Actually he makes a great point for the metric system, there is no food manufacturer large or small scale in the world that uses the imperial system as it’s basis of measuring during manufacture, it’s just not exact enough.
Also in Canada the younger generation (much younger than our Friend Joel – who I must say I am older than) mostly have no use or knowledge of the imperial system.
One other thing many people do not know, there are two different conversions for a cup to ml, one is the true metric conversion which is 236 the other is the imperial conversion which is 250… I know Joel touched on this, what I am trying to add is that when buying your cups make sure you check to make sure which one you are buying – because they do come in both. Think about it, 15ml off if you are doing things in rations and you have to do say 20 cups you could be over or under by an entire cup.
My pyrex measuring cups have markings that are extremely inaccurate! I only use the m as a guideline or for general measures that don’t matter too much, e.g. the base of the ratio. This being said I agree that using a handle based measure is easier than a jar. I too use jars for many things, but not as many as Joel clearly does!
I appreciate this information! I’ll often make smaller batches of pickles than what the recipes suggest, so it’s good to know how to make properly dosed brine at smaller jar scales. Thanks….
Just and FYI – water is the way we (wel, used to at this point, but even so) define the relationship between grams and liters. In short, one mililiter weighs one gram at room temperature. So, you are precisely correct when you mention 50 g of water per liter being a 5% (by weight) solution (because its 50 grams to 1000 g). The fact that they used water to set this up makes it very convenient for those of us that love to cook!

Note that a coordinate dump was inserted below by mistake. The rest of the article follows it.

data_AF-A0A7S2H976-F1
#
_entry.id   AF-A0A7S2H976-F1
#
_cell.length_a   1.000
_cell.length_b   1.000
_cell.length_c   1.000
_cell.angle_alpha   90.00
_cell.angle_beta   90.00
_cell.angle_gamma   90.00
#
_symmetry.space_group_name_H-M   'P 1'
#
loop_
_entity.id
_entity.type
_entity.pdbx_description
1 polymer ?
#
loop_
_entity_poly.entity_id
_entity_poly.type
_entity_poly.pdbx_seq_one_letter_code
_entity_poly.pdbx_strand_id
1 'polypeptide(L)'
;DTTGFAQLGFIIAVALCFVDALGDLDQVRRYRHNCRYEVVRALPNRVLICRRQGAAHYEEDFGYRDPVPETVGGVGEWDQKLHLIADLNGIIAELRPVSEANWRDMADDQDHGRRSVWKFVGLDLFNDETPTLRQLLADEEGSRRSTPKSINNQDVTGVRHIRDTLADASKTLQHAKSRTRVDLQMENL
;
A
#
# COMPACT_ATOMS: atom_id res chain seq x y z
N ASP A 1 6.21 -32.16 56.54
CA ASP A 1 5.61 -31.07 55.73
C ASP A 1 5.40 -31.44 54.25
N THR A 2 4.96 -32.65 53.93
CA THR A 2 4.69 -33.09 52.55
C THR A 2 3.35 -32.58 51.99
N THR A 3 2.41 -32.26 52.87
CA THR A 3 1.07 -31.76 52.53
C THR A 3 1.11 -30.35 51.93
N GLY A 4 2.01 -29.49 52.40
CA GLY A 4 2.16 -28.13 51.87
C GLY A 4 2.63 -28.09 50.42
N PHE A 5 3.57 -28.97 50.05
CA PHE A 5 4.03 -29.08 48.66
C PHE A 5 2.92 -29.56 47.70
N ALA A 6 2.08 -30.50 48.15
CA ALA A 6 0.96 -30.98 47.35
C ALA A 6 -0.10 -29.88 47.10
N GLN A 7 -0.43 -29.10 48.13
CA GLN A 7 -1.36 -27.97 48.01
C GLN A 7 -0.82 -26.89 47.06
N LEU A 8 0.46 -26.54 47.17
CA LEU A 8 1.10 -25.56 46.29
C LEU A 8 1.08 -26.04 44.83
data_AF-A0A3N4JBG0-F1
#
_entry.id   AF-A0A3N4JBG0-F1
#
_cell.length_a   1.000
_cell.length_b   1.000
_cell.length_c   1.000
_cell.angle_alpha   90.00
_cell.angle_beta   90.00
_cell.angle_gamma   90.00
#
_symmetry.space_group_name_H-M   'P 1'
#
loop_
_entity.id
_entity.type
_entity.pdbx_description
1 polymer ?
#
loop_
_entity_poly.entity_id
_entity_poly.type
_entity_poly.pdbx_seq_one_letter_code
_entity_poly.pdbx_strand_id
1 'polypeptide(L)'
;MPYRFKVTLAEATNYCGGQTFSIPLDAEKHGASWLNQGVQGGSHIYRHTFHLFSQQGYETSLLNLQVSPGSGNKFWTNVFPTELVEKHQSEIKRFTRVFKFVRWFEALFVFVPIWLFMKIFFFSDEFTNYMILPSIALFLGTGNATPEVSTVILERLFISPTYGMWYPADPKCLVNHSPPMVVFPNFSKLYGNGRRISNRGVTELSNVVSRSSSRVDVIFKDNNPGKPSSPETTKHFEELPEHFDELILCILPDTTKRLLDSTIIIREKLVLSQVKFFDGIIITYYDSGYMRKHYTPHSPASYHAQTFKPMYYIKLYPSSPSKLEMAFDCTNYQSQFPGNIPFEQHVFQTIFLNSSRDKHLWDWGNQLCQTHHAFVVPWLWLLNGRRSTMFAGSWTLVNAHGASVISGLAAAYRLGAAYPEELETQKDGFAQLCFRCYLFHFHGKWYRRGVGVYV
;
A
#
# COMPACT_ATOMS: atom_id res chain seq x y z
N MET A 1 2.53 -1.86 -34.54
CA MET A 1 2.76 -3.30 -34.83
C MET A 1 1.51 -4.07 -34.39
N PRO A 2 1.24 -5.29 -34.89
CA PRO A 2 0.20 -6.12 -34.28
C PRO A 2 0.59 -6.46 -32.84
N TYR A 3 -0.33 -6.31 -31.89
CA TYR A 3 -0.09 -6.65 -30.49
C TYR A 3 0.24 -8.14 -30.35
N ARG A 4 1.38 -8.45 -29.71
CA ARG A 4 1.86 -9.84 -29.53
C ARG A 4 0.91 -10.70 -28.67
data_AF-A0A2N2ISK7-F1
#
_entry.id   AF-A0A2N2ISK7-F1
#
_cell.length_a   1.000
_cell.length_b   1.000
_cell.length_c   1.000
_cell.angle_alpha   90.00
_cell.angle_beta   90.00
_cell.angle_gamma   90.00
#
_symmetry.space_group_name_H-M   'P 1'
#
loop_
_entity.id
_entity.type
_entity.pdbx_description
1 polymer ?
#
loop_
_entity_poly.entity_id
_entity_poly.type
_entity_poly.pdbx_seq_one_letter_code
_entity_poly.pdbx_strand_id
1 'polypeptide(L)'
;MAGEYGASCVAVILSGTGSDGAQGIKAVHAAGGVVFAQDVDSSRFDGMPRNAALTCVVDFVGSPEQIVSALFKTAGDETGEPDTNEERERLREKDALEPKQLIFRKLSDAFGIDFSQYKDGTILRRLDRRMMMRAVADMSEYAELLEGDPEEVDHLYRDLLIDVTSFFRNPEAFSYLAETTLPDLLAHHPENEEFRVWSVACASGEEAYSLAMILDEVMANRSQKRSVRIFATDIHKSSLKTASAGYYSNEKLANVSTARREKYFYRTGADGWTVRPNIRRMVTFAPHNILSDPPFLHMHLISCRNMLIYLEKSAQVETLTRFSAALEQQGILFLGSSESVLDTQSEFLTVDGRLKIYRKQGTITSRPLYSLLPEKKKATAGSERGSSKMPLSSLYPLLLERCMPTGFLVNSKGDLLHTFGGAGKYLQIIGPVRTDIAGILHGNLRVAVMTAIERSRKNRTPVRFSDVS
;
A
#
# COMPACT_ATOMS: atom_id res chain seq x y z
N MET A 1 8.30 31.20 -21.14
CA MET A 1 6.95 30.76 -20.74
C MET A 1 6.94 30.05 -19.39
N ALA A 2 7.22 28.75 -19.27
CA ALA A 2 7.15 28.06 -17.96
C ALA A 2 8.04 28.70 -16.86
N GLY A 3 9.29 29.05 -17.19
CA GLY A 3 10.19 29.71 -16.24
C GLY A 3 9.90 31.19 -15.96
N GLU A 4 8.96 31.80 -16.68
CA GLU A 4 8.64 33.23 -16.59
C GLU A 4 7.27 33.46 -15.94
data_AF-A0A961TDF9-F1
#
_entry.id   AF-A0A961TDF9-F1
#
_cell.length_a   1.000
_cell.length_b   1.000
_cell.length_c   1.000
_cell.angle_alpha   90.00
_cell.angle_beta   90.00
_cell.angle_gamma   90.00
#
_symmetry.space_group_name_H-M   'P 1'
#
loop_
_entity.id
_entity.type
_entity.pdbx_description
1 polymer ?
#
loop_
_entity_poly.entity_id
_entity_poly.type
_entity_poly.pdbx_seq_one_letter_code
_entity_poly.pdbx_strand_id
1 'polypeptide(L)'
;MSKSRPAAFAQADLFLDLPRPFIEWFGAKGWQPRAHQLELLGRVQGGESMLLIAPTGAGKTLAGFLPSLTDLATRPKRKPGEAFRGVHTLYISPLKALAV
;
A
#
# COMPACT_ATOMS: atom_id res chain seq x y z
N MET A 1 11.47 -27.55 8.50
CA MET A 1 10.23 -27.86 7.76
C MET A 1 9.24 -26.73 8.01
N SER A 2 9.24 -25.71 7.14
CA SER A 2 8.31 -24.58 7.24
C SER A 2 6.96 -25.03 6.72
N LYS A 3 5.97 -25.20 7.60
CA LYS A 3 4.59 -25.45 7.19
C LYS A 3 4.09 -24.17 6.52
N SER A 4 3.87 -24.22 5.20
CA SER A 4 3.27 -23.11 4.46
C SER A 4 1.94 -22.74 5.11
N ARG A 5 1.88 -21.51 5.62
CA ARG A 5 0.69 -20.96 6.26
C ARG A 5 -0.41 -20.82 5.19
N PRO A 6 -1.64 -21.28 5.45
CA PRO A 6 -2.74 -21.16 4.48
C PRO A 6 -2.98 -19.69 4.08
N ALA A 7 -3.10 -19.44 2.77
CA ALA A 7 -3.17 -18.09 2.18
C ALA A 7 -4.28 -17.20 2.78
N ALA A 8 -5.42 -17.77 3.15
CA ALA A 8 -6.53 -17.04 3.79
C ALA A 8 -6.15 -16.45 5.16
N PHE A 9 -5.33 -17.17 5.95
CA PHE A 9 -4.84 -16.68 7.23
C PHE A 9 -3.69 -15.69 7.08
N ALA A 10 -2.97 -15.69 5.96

I largely agree with the idea of using ratios – I particularly think that thinking in terms of ratios is kind of huge when you start wanting to reach the same basic result but with your own twist in terms of flavor (through seasoning, etc.). Ruhlman has a great book on this, in fact…
But still, the focus on cups, liters, or jars just seems… cumbersome compared to cooking by weight. I’m a dude who digs math – my spreadsheets are sometimes epic. But still, ever since I made the investment in a $20 kitchen scale, I don’t know that I’d choose to ever cook again by volume (though, parallel to the previous commenter’s note regarding the metric system, it is handy that a cup – 8 ounces – of water does, in fact, weigh 8 ounces).
I don’t know how I ended up on this page, but it really leaves me scratching my head in puzzlement.
In solutions, it is by weight, not by volume. A 5% salt solution would be 50 grams of salt (which does not weigh 1 g per ml — just compare the differences between table, coarse table, kosher, and canning) dissolved in 950 ml of water (which for ordinary purposes would weigh 950 g).
As to the presentation of the “base” ratio concept, it would seem that all explanation of its workings is missing…Is there more to the article I’m not seeing?
Inquiring minds want to know!
“Metric equivalent (approximate and based on most measuring cups which declare a cup to equivalent to 250 milliliters as opposed to it’s actual size of 236 – but remove just under a tablespoon per cup if you want to be exact):”
Wait, what? To convert your imperial measurement to an ‘exact’ metric measurement you should remove a rough amount of an imperial measurement? That is the most ridiculous thing I’ve ever heard. Either get a scale, get metric measuring utensils or work with what you have as it was meant to be used.